About RAD Teams

Here at Revolutionary Assistance Dogs we support disabled handlers training their own Assistance Dogs. This is known as 'owner training'. 

Our RAD Dogs must not only meet the standards for Assistance Dogs as laid out by the Disability Discrimination Act (1992), but RAD's own standards of training and behaviour. These standards expand upon the law, and ensure all teams have a clear idea of what is expected of them when working in public places. You can read these standards at the bottom of this page, or attached to our membership forms. 

RAD Teams will also move through our training levels, designed to give a clear structure and solid foundation of what training is required for their Assistance Dogs. Teams will placed in the level that best suits them at the time of joining.

RAD Dog Rosie is an Autism Assistance dog. She provides a range of support to her handler.

The Federal Law in Australia that defines an Assistance Dog is the Disability Discrimination Act (1992). This is also the Act that protects a disabled person's right to have their Assistance Dog accompany them into public spaces without facing discrimination. 

Section 9(2) of the Act requires an Assistance Dog to be: 

(c) trained:

(i) to assist a person with a disability to alleviate the effect of the disability; and

(ii) to meet standards of hygiene and behaviour that are appropriate for an animal in a public place.

All Assistance Dogs must be trained to meet these requirements.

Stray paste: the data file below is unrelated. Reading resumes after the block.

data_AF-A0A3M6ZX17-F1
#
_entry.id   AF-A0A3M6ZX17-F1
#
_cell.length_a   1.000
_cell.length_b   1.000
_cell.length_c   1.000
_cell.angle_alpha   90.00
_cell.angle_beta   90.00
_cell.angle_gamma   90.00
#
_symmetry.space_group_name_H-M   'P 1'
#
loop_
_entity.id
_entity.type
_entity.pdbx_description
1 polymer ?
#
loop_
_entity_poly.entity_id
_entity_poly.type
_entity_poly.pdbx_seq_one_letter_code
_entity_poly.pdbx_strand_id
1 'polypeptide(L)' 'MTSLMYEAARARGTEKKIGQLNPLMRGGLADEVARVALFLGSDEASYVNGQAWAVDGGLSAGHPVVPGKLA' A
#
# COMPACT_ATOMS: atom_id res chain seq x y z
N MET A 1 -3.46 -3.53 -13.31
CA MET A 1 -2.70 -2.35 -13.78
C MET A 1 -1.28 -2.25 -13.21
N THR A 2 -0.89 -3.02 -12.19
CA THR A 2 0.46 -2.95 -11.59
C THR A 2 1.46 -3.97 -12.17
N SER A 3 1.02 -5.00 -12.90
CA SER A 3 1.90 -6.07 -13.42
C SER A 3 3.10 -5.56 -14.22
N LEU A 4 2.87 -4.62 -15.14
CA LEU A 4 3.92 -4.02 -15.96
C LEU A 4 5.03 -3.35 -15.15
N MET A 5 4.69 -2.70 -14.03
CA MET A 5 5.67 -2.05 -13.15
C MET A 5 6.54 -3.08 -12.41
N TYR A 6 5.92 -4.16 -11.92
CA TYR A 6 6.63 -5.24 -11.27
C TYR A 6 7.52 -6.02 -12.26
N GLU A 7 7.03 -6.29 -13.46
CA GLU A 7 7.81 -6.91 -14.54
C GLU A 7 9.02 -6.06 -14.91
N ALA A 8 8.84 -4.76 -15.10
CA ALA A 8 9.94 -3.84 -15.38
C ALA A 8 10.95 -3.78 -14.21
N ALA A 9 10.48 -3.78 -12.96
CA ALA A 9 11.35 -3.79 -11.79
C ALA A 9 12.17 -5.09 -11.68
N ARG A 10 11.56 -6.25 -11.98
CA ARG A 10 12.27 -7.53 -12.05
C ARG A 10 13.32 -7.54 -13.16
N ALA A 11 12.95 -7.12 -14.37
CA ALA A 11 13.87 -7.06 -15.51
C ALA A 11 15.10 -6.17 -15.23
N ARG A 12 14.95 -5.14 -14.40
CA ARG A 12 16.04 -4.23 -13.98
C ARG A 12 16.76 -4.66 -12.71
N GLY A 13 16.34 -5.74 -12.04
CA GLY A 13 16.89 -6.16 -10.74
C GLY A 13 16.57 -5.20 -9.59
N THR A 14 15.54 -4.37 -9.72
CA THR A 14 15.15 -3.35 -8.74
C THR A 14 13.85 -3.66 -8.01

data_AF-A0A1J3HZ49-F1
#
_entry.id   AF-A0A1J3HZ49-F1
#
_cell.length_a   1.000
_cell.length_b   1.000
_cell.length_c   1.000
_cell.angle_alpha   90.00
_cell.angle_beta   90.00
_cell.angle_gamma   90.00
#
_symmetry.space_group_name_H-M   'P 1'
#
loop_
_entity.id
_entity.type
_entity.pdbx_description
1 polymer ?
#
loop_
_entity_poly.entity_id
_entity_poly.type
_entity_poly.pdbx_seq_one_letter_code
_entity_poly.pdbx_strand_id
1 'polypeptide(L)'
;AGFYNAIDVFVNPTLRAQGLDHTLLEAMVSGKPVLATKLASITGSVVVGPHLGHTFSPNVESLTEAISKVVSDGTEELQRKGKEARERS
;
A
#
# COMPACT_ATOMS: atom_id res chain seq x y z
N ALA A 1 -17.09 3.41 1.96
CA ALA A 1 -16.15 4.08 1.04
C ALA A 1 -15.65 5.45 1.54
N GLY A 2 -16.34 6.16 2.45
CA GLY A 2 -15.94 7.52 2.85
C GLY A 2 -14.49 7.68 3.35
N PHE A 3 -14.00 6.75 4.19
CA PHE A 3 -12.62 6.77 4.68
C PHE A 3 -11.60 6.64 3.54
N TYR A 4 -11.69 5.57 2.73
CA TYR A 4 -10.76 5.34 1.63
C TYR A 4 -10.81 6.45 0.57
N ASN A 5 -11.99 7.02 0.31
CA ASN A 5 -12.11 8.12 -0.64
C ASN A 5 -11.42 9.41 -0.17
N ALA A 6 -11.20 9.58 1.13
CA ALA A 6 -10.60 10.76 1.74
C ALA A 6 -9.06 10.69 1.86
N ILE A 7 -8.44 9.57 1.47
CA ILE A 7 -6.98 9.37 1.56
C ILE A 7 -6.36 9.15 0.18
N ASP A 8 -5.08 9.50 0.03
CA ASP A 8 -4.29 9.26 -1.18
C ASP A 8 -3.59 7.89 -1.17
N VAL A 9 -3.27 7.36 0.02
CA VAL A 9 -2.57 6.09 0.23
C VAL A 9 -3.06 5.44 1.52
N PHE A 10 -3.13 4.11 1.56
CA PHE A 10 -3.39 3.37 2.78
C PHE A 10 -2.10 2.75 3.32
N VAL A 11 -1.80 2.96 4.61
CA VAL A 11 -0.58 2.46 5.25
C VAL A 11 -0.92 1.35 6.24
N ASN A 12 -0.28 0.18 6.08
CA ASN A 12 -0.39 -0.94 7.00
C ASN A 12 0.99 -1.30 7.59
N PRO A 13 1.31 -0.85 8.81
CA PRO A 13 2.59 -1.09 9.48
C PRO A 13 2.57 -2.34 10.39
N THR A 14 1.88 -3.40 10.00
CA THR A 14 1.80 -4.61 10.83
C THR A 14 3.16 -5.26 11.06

Due to a range of understanding and experience levels of those seeking to join RAD, we have created these four training levels to ensure that our teams 

Red Level - For teams who are just starting out their journey together.

 

Yellow Level - For teams who are working toward DDA and RAD standards for Public Access.

 

Blue Level - For teams who are starting Public Access, and are trained to DDA and RAD standards.

 

Purple Level - For teams who are finished training, and working in full capacity.

These levels incorporate teams at all stages of training, and dogs of all ages from a range of different backgrounds.

RAD teams are able to move through these levels independently, with the support of professional trainers, or a mix of both along the way. Our training levels are designed to ensure our teams have a solid foundation of obedience, socialisation and distraction, and task training; as well as high standards of behaviour and a strong bond before moving forward into Public Access work.

Our training levels mean that our teams will have completed basic training, and formed a strong working bond before receiving their membership pack and starting Public Access. This membership pack contains your certificate, patch, membership ID card, and other supplies. This also ensures our members can comply to sections 54(A) (5) and (6) of the Act, in regard to evidence that an Assistance Dog is appropriately trained. 

You may join RAD at any point throughout your Assistance Dog journey. There is a lot of preparation to be completed before your dog is ready to work as your Assistance Dog, we recommend getting started as soon as possible. Especially if you have not trained an Assistance Dog before. We have a range of resources and trainers that you can access to have a solid understanding of training, tasks that best suit you, the laws, and the every day routine of life with your new Assistance Dog.

If you ever encounter a RAD Team who you do not believe is upholding our standards, please reach out to us via email. We take expressions of concern very seriously, and will ensure the team receives the support they need to get back on track.